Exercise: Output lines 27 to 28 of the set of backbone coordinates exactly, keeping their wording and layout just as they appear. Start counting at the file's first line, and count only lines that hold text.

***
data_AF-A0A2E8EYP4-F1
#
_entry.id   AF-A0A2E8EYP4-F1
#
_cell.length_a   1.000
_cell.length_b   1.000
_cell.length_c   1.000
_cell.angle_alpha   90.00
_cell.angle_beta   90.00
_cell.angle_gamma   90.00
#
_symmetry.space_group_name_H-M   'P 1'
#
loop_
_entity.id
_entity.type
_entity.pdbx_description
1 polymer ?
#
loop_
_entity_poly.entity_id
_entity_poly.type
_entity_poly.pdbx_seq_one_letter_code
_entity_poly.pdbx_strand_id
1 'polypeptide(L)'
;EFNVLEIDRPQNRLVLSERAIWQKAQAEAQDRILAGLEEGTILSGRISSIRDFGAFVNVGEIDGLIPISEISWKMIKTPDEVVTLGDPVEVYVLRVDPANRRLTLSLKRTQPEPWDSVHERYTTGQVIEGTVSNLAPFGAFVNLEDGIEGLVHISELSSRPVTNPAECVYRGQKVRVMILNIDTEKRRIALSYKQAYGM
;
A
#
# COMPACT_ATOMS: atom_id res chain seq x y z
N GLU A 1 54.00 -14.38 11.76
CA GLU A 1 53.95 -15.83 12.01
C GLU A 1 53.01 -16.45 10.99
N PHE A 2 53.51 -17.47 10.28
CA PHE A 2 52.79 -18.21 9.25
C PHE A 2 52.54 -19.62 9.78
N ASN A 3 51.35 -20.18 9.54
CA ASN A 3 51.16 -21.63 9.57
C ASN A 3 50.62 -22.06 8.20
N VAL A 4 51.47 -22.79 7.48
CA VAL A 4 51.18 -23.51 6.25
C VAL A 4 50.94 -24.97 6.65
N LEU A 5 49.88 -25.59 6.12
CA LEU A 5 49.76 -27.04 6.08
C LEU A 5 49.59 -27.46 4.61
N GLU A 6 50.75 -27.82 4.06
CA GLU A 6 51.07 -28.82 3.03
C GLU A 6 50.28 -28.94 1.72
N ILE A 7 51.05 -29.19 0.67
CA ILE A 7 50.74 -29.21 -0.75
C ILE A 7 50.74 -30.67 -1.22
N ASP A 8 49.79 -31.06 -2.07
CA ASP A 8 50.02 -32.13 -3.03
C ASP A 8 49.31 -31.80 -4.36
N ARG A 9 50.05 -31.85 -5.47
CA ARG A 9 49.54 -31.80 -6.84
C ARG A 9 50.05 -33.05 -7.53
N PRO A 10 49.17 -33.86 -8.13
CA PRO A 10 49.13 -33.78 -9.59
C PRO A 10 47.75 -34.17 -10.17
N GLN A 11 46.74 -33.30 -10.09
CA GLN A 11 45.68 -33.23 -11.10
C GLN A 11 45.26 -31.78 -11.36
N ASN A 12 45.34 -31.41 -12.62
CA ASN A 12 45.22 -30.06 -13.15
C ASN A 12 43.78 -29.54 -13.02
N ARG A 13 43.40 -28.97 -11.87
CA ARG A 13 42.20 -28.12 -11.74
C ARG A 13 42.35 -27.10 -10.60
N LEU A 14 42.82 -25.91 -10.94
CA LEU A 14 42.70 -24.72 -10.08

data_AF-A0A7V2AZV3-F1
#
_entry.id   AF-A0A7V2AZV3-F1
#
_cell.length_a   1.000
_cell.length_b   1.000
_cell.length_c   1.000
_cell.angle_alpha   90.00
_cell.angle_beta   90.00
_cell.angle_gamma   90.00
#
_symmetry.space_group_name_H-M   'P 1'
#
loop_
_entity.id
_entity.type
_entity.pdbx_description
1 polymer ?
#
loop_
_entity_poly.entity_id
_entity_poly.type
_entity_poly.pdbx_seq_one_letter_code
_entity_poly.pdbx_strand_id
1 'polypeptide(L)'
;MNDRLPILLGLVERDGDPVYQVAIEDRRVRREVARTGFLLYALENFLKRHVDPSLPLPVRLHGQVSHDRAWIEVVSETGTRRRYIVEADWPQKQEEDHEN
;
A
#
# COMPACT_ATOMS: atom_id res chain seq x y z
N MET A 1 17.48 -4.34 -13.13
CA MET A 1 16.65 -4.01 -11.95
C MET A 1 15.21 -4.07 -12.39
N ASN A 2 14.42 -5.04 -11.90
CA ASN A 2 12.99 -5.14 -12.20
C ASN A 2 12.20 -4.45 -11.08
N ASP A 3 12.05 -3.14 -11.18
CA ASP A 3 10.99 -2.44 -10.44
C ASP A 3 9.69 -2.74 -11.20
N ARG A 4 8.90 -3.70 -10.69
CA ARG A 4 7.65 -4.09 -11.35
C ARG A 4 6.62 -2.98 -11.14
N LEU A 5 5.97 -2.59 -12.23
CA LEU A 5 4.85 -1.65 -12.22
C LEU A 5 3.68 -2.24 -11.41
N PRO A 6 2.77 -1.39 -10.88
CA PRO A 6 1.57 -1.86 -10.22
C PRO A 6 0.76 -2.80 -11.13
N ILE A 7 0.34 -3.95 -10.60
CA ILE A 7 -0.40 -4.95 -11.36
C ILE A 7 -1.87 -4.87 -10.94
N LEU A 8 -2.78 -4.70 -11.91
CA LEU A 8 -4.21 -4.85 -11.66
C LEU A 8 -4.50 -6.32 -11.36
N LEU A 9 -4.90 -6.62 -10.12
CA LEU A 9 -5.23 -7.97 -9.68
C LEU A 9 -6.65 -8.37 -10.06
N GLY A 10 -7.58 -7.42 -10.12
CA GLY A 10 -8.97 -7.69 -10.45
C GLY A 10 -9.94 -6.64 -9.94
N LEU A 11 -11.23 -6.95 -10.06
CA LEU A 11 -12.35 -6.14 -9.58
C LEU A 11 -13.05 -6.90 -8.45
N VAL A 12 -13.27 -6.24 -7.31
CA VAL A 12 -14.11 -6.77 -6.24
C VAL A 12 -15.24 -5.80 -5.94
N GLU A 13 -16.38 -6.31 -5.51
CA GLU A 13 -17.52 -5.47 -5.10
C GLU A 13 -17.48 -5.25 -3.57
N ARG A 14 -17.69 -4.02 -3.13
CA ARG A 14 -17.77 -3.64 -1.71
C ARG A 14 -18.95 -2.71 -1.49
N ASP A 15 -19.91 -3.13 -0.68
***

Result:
;
A